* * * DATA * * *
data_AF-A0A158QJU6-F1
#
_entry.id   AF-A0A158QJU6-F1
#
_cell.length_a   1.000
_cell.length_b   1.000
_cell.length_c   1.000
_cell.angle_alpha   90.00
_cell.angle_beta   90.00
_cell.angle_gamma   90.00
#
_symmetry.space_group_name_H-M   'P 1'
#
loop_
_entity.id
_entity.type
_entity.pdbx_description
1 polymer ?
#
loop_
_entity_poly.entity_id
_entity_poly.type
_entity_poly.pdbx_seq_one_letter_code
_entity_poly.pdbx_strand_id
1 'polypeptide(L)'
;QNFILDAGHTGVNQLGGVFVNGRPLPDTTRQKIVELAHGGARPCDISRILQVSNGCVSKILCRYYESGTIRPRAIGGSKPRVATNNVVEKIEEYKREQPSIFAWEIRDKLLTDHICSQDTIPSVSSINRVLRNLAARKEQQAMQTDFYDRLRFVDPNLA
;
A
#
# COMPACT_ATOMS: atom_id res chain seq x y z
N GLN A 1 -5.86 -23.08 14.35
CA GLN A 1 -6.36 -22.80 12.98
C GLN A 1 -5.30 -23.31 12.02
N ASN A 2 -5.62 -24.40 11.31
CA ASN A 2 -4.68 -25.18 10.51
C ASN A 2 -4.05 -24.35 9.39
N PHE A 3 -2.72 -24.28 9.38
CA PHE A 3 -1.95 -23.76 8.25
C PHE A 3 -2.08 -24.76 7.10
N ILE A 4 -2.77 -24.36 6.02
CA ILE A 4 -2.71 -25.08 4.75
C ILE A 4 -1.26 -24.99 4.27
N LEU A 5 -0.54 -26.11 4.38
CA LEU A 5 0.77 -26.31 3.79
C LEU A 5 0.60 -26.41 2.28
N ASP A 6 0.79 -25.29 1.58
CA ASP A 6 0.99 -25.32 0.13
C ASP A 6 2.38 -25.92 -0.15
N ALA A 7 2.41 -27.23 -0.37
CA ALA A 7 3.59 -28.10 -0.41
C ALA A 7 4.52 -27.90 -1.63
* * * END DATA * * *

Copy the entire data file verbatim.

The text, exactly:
data_AF-A0A158QJU6-F1
#
_entry.id   AF-A0A158QJU6-F1
#
_cell.length_a   1.000
_cell.length_b   1.000
_cell.length_c   1.000
_cell.angle_alpha   90.00
_cell.angle_beta   90.00
_cell.angle_gamma   90.00
#
_symmetry.space_group_name_H-M   'P 1'
#
loop_
_entity.id
_entity.type
_entity.pdbx_description
1 polymer ?
#
loop_
_entity_poly.entity_id
_entity_poly.type
_entity_poly.pdbx_seq_one_letter_code
_entity_poly.pdbx_strand_id
1 'polypeptide(L)'
;QNFILDAGHTGVNQLGGVFVNGRPLPDTTRQKIVELAHGGARPCDISRILQVSNGCVSKILCRYYESGTIRPRAIGGSKPRVATNNVVEKIEEYKREQPSIFAWEIRDKLLTDHICSQDTIPSVSSINRVLRNLAARKEQQAMQTDFYDRLRFVDPNLA
;
A
#
# COMPACT_ATOMS: atom_id res chain seq x y z
N GLN A 1 -5.86 -23.08 14.35
CA GLN A 1 -6.36 -22.80 12.98
C GLN A 1 -5.30 -23.31 12.02
N ASN A 2 -5.62 -24.40 11.31
CA ASN A 2 -4.68 -25.18 10.51
C ASN A 2 -4.05 -24.35 9.39
N PHE A 3 -2.72 -24.28 9.38
CA PHE A 3 -1.95 -23.76 8.25
C PHE A 3 -2.08 -24.76 7.10
N ILE A 4 -2.77 -24.36 6.02
CA ILE A 4 -2.71 -25.08 4.75
C ILE A 4 -1.26 -24.99 4.27
N LEU A 5 -0.54 -26.11 4.38
CA LEU A 5 0.77 -26.31 3.79
C LEU A 5 0.60 -26.41 2.28
N ASP A 6 0.79 -25.29 1.58
CA ASP A 6 0.99 -25.32 0.13
C ASP A 6 2.38 -25.92 -0.15
N ALA A 7 2.41 -27.23 -0.37
CA ALA A 7 3.59 -28.10 -0.41
C ALA A 7 4.52 -27.90 -1.63